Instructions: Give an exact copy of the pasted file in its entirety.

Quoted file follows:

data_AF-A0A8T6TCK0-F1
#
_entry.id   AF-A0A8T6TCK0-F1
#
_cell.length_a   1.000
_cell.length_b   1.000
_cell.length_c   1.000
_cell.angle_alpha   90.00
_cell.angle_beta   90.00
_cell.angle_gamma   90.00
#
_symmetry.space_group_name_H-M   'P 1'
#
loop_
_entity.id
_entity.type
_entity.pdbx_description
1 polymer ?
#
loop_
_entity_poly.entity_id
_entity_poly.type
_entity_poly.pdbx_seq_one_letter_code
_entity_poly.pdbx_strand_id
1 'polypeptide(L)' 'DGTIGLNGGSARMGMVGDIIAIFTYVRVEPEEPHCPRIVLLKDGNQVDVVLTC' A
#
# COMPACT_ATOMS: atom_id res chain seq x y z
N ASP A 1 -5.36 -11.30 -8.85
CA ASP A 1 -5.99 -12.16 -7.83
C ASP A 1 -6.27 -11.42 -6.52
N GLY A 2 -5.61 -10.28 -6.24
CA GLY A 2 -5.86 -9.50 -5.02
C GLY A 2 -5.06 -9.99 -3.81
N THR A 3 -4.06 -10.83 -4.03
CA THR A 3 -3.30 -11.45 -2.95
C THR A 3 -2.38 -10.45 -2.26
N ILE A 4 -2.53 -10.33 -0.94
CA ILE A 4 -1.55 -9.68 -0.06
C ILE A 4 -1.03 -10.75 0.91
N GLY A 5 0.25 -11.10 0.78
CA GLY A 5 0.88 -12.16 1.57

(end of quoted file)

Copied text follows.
data_AF-A0A8T6TCK0-F1
#
_entry.id   AF-A0A8T6TCK0-F1
#
_cell.length_a   1.000
_cell.length_b   1.000
_cell.length_c   1.000
_cell.angle_alpha   90.00
_cell.angle_beta   90.00
_cell.angle_gamma   90.00
#
_symmetry.space_group_name_H-M   'P 1'
#
loop_
_entity.id
_entity.type
_entity.pdbx_description
1 polymer ?
#
loop_
_entity_poly.entity_id
_entity_poly.type
_entity_poly.pdbx_seq_one_letter_code
_entity_poly.pdbx_strand_id
1 'polypeptide(L)' 'DGTIGLNGGSARMGMVGDIIAIFTYVRVEPEEPHCPRIVLLKDGNQVDVVLTC' A
#
# COMPACT_ATOMS: atom_id res chain seq x y z
N ASP A 1 -5.36 -11.30 -8.85
CA ASP A 1 -5.99 -12.16 -7.83
C ASP A 1 -6.27 -11.42 -6.52
N GLY A 2 -5.61 -10.28 -6.24
CA GLY A 2 -5.86 -9.50 -5.02
C GLY A 2 -5.06 -9.99 -3.81
N THR A 3 -4.06 -10.83 -4.03
CA THR A 3 -3.30 -11.45 -2.95
C THR A 3 -2.38 -10.45 -2.26
N ILE A 4 -2.53 -10.33 -0.94
CA ILE A 4 -1.55 -9.68 -0.06
C ILE A 4 -1.03 -10.75 0.91
N GLY A 5 0.25 -11.10 0.78
CA GLY A 5 0.88 -12.16 1.57